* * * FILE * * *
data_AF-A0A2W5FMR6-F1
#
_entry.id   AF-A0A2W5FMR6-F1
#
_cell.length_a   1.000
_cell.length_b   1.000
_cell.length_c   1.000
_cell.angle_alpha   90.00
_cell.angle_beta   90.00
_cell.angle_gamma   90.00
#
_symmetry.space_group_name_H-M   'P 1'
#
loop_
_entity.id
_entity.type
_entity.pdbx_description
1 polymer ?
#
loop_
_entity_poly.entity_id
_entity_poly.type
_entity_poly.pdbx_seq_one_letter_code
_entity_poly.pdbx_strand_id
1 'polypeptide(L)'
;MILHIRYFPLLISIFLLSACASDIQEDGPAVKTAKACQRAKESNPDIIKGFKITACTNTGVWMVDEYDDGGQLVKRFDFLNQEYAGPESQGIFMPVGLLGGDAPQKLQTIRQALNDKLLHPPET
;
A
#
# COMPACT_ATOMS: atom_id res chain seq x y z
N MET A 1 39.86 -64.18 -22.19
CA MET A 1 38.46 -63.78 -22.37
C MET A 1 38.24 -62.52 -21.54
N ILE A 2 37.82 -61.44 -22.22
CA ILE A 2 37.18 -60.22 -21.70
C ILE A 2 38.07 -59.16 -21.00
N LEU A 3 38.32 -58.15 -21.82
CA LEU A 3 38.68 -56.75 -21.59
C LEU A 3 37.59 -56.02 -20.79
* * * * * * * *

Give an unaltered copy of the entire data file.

data_AF-A0A2W5FMR6-F1
#
_entry.id   AF-A0A2W5FMR6-F1
#
_cell.length_a   1.000
_cell.length_b   1.000
_cell.length_c   1.000
_cell.angle_alpha   90.00
_cell.angle_beta   90.00
_cell.angle_gamma   90.00
#
_symmetry.space_group_name_H-M   'P 1'
#
loop_
_entity.id
_entity.type
_entity.pdbx_description
1 polymer ?
#
loop_
_entity_poly.entity_id
_entity_poly.type
_entity_poly.pdbx_seq_one_letter_code
_entity_poly.pdbx_strand_id
1 'polypeptide(L)'
;MILHIRYFPLLISIFLLSACASDIQEDGPAVKTAKACQRAKESNPDIIKGFKITACTNTGVWMVDEYDDGGQLVKRFDFLNQEYAGPESQGIFMPVGLLGGDAPQKLQTIRQALNDKLLHPPET
;
A
#
# COMPACT_ATOMS: atom_id res chain seq x y z
N MET A 1 39.86 -64.18 -22.19
CA MET A 1 38.46 -63.78 -22.37
C MET A 1 38.24 -62.52 -21.54
N ILE A 2 37.82 -61.44 -22.22
CA ILE A 2 37.18 -60.22 -21.70
C ILE A 2 38.07 -59.16 -21.00
N LEU A 3 38.32 -58.15 -21.82
CA LEU A 3 38.68 -56.75 -21.59
C LEU A 3 37.59 -56.02 -20.79